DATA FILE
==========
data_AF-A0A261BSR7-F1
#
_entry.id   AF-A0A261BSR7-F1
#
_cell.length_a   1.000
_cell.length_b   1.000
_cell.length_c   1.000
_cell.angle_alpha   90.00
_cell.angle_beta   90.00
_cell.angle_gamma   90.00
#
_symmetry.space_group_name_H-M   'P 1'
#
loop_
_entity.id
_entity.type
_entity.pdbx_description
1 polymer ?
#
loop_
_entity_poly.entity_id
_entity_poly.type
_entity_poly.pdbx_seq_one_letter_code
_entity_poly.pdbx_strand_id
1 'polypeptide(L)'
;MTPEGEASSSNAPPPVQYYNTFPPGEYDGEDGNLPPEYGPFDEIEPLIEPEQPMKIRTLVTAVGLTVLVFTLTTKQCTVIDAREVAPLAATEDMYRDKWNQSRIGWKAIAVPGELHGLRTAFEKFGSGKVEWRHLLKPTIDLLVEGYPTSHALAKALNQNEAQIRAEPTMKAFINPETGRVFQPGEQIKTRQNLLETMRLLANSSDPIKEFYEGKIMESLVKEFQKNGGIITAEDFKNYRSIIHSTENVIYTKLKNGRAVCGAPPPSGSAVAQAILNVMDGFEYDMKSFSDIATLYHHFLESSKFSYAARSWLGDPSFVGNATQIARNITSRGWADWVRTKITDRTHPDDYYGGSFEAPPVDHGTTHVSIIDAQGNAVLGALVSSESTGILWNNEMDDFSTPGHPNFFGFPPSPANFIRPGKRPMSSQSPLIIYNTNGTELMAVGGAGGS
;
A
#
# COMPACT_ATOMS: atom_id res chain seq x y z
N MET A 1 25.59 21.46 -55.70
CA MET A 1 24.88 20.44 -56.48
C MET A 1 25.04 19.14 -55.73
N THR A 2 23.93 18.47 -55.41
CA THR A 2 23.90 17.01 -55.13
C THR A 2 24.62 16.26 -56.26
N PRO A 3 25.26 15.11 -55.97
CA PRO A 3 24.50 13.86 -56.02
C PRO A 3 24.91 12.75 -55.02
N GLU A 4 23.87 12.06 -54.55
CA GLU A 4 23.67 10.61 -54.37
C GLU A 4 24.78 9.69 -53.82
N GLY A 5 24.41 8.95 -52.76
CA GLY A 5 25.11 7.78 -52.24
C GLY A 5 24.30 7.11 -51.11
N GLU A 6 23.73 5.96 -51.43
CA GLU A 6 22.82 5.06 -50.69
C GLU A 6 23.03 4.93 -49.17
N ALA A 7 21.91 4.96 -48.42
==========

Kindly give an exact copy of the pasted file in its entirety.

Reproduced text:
data_AF-A0A261BSR7-F1
#
_entry.id   AF-A0A261BSR7-F1
#
_cell.length_a   1.000
_cell.length_b   1.000
_cell.length_c   1.000
_cell.angle_alpha   90.00
_cell.angle_beta   90.00
_cell.angle_gamma   90.00
#
_symmetry.space_group_name_H-M   'P 1'
#
loop_
_entity.id
_entity.type
_entity.pdbx_description
1 polymer ?
#
loop_
_entity_poly.entity_id
_entity_poly.type
_entity_poly.pdbx_seq_one_letter_code
_entity_poly.pdbx_strand_id
1 'polypeptide(L)'
;MTPEGEASSSNAPPPVQYYNTFPPGEYDGEDGNLPPEYGPFDEIEPLIEPEQPMKIRTLVTAVGLTVLVFTLTTKQCTVIDAREVAPLAATEDMYRDKWNQSRIGWKAIAVPGELHGLRTAFEKFGSGKVEWRHLLKPTIDLLVEGYPTSHALAKALNQNEAQIRAEPTMKAFINPETGRVFQPGEQIKTRQNLLETMRLLANSSDPIKEFYEGKIMESLVKEFQKNGGIITAEDFKNYRSIIHSTENVIYTKLKNGRAVCGAPPPSGSAVAQAILNVMDGFEYDMKSFSDIATLYHHFLESSKFSYAARSWLGDPSFVGNATQIARNITSRGWADWVRTKITDRTHPDDYYGGSFEAPPVDHGTTHVSIIDAQGNAVLGALVSSESTGILWNNEMDDFSTPGHPNFFGFPPSPANFIRPGKRPMSSQSPLIIYNTNGTELMAVGGAGGS
;
A
#
# COMPACT_ATOMS: atom_id res chain seq x y z
N MET A 1 25.59 21.46 -55.70
CA MET A 1 24.88 20.44 -56.48
C MET A 1 25.04 19.14 -55.73
N THR A 2 23.93 18.47 -55.41
CA THR A 2 23.90 17.01 -55.13
C THR A 2 24.62 16.26 -56.26
N PRO A 3 25.26 15.11 -55.97
CA PRO A 3 24.50 13.86 -56.02
C PRO A 3 24.91 12.75 -55.02
N GLU A 4 23.87 12.06 -54.55
CA GLU A 4 23.67 10.61 -54.37
C GLU A 4 24.78 9.69 -53.82
N GLY A 5 24.41 8.95 -52.76
CA GLY A 5 25.11 7.78 -52.24
C GLY A 5 24.30 7.11 -51.11
N GLU A 6 23.73 5.96 -51.43
CA GLU A 6 22.82 5.06 -50.69
C GLU A 6 23.03 4.93 -49.17
N ALA A 7 21.91 4.96 -48.42